Schulz, Irving, and Poe – A Literary Harvest

My literary harvest. Spring, summer, winter, and fall. I love them all! With the seasonal changes, I modify my stack of bedside books, so I can revisit stories, poems, and novels that I have grown to enjoy from my childhood and adult life.  When the air turns crisp and cool, the leaves crunch beneath my feet, and the pumpkins are bright orange and begging to be carved, I grab a selection from my favorite cartoonist, Charles Schulz, and books from a few of my favorite authors, Washington Irving and Edgar Allan Poe.

Charles M. Schulz and It’s the Great Pumpkin, Charlie Brown

Who doesn’t associate October and Halloween with It’s the Great Pumpkin, Charlie Brown?  I look forward to watching the animated television show and reading the cartoon strips.  In fact, it is a tradition with my children to always watch the show while we carve pumpkins, each saying some of our favorite lines.  With every viewing or reading, I find different things I love about it.  Here are my favorites.


Family is important in this story. Sure Lucy doesn’t want her younger brother, Linus, making her a “laughingstock of the neighborhood” because he writes to the Great Pumpkin, but she still looks out for him when she asks for extra candy for him while trick or treating. She even looks in his room to see if he has returned from the pumpkin patch, and when he is not in bed, she helps him inside and tucks him in.  Charles Schulz, in my humble opinion, captures what many families are like: moments of sparring but are always there to support one another when times are tough or life is filled with disappointment.


Lucy and Linus and The Great PumpkinI love Linus’s unshakable faith.  Each year he believes that the Great Pumpkin will appear. Despite Lucy’s condemnation, Sally’s threats of suing, and Charlie’s opinion that Linus is crazy, Linus never wavers from his belief in the Great Pumpkin.  Schulz clearly illustrates to us to stand firm in our beliefs, even if they go against the majority.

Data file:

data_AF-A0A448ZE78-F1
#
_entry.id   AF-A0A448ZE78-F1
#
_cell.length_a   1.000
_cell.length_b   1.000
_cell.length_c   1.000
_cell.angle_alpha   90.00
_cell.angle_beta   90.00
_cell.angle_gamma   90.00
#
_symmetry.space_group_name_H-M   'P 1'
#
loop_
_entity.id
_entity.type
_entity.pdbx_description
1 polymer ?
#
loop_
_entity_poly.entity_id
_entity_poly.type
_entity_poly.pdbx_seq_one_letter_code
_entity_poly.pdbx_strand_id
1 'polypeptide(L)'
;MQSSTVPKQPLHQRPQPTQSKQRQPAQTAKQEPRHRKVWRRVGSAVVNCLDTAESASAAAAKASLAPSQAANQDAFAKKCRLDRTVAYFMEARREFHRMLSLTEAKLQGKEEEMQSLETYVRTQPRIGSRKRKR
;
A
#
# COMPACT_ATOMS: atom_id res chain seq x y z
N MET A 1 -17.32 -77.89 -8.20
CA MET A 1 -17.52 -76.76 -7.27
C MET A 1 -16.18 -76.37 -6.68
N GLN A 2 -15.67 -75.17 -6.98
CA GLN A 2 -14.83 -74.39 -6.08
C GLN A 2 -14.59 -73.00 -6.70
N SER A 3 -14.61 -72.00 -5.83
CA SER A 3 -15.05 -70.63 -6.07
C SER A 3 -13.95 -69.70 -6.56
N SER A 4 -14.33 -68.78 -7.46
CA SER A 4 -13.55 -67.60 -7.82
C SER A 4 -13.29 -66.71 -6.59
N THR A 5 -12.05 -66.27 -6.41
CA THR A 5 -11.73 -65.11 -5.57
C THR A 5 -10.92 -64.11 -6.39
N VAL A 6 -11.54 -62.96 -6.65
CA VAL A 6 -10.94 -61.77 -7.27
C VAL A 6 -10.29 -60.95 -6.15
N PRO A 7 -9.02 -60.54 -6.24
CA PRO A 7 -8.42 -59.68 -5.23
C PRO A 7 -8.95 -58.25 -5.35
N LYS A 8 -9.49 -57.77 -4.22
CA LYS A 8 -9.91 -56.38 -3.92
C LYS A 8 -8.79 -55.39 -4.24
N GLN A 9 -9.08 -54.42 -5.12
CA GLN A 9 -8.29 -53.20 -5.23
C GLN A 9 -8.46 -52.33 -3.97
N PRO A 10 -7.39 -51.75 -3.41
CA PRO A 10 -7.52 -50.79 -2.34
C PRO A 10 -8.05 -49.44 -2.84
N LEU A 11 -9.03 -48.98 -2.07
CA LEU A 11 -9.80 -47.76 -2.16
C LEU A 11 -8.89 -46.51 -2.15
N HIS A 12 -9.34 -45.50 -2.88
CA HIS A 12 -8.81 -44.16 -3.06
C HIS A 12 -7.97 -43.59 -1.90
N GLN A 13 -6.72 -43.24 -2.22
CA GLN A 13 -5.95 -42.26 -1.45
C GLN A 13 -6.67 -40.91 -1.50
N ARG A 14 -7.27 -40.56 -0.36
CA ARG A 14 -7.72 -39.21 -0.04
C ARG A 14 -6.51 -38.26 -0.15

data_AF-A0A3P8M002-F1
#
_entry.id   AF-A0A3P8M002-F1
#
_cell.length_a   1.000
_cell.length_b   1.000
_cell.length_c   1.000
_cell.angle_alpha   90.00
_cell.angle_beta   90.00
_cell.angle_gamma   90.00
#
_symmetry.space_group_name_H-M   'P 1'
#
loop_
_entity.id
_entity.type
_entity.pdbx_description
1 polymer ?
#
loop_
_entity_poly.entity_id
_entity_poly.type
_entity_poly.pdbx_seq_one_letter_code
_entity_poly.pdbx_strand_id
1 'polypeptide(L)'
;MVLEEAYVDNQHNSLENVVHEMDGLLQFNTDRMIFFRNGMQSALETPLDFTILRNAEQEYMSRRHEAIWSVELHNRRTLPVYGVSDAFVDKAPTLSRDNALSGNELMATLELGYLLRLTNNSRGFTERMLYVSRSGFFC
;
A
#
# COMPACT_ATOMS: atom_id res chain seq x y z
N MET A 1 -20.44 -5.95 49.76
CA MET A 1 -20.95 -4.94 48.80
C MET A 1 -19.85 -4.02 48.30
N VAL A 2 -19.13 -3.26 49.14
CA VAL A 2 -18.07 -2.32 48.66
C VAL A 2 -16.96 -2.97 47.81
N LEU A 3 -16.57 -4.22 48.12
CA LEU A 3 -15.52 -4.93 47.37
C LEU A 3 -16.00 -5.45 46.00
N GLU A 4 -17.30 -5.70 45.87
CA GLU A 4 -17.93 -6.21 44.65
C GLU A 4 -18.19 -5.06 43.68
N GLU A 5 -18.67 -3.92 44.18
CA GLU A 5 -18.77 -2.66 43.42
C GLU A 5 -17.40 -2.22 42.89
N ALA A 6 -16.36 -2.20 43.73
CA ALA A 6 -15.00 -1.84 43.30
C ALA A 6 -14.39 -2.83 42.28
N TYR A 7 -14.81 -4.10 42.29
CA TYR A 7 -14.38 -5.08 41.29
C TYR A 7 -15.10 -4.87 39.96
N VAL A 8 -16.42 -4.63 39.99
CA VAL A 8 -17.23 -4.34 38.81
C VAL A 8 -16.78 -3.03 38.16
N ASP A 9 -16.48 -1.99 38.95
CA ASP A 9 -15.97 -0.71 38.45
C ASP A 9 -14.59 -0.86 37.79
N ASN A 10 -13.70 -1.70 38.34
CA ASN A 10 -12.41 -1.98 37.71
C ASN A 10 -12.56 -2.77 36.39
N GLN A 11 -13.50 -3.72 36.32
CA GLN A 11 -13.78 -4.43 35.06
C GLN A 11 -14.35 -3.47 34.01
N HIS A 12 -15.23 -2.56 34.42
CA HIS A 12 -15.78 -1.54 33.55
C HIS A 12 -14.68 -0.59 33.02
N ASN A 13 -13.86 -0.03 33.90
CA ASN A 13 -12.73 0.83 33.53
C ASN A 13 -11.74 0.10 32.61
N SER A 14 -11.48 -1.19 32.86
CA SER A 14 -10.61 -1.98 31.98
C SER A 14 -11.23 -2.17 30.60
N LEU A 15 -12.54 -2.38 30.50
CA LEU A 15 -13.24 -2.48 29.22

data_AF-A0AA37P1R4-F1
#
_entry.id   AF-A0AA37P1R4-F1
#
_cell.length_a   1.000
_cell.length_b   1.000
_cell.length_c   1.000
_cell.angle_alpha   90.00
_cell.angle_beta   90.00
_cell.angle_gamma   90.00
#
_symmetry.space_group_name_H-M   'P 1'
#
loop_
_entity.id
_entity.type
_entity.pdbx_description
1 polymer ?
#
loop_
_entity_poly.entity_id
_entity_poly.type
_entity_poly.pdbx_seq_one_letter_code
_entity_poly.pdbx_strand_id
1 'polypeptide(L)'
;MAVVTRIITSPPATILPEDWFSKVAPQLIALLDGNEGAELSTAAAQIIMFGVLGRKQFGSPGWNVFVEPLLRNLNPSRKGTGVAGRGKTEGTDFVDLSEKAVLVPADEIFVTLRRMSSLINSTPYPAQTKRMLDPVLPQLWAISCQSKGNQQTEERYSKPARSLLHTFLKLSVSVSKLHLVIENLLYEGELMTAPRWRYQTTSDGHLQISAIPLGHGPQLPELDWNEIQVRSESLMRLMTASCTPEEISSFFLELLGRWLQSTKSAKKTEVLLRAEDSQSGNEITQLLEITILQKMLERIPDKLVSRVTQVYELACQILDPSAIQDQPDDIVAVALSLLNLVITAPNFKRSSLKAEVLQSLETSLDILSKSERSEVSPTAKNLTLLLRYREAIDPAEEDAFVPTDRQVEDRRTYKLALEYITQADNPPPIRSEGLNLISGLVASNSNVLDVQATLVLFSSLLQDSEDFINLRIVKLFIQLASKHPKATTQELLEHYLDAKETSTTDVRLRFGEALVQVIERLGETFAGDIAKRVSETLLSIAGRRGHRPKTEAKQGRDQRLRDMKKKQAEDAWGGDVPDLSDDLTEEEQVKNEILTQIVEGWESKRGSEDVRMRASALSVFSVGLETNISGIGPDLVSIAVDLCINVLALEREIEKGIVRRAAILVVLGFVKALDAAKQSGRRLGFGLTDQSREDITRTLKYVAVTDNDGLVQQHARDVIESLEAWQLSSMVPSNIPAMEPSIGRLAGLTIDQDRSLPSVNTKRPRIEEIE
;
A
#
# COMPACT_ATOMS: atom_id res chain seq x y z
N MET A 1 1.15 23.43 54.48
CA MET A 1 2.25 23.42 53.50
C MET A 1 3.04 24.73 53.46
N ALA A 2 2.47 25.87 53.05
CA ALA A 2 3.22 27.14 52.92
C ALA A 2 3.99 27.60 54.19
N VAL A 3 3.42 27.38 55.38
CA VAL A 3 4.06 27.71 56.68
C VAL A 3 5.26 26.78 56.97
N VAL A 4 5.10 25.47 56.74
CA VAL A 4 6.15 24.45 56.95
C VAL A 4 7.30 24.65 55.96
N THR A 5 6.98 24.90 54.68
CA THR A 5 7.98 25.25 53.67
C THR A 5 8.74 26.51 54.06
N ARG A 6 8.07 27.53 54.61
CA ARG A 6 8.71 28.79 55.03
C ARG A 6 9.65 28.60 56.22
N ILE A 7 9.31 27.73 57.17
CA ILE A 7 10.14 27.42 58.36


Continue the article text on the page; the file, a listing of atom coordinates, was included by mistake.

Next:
My Top Five Favorite Lines to Say Along with It’s the Great Pumpkin, Charlie Brown

  • Aaaaguh! You didn’t tell me you were going to kill it!
  • There are three things I’ve learned never to discuss with people—religion, politics, and the Great Pumpkin!
  • Looking all around, there is not a sign of hypocrisy.  Nothing but sincerity as far as the eye can see.
  • I got a rock.
  • You’ve heard about the fury of a woman scorned, haven’t you? Well, that’s nothing compared to the fury of a woman who has been cheated out of trick or treating!

Washington Irving and “The Legend of Sleepy Hollow”

Charlie Brown and Edgar Allen PoeOne of my favorite early American authors is Washington Irving. Every October I reread all of his tales. His most famous are, of course, my favorites: “The Devil and Tom Walker,” “Rip Van Winkle,” and “The Legend of Sleepy Hollow.”  Irving regales us with lessons in all his writings through his humorous descriptions and blatant satire.  By far, Ichabod Crane’s tale in “The Legend of Sleepy Hollow,” has entertained me every year, and I have never grown weary of it. Here are two reasons why I love it.


From the descriptions of the early Dutch settlers and countryside, to the mention of the infamous Major Andre’s tree, to the Hessian trooper “whose head had been carried away by a cannonball in some nameless battle during the Revolutionary War,” we are pulled into Irving’s story that captures 18th century life in the Hudson Valley.  One of these days, I hope to travel to Sleepy Hollow and Tarrytown, NY that are steeped in history and made famous from Irving’s “The Legend of Sleepy Hollow.”

Humor and the Headless Horseman 

I love ghost stories, but this one in particular because of its humor.  Ichabod Crane is a foolish, gullible character beguiled by a coquette, Katrina Van Tassel. We know from the very beginning that his aspirations to marry the lass are doomed, especially when his rival is Brom Bones. If you have never read the story, take an evening this October and read it.

Washington Irving clearly connects the Headless Horseman and Brom Bones as being one and the same. But even though we know that, we still can’t help but feel Ichabod’s terror as he tries to escape from the headless Hessian.  And though we feel his terror, we are more than humored by the descriptions of Ichabod’s character. Irving provides us with possible answers to Ichabod’s disappearance.  I, for one, take comfort in the happier ending, that despite being rejected and tricked, he ends up being a successful man in the end.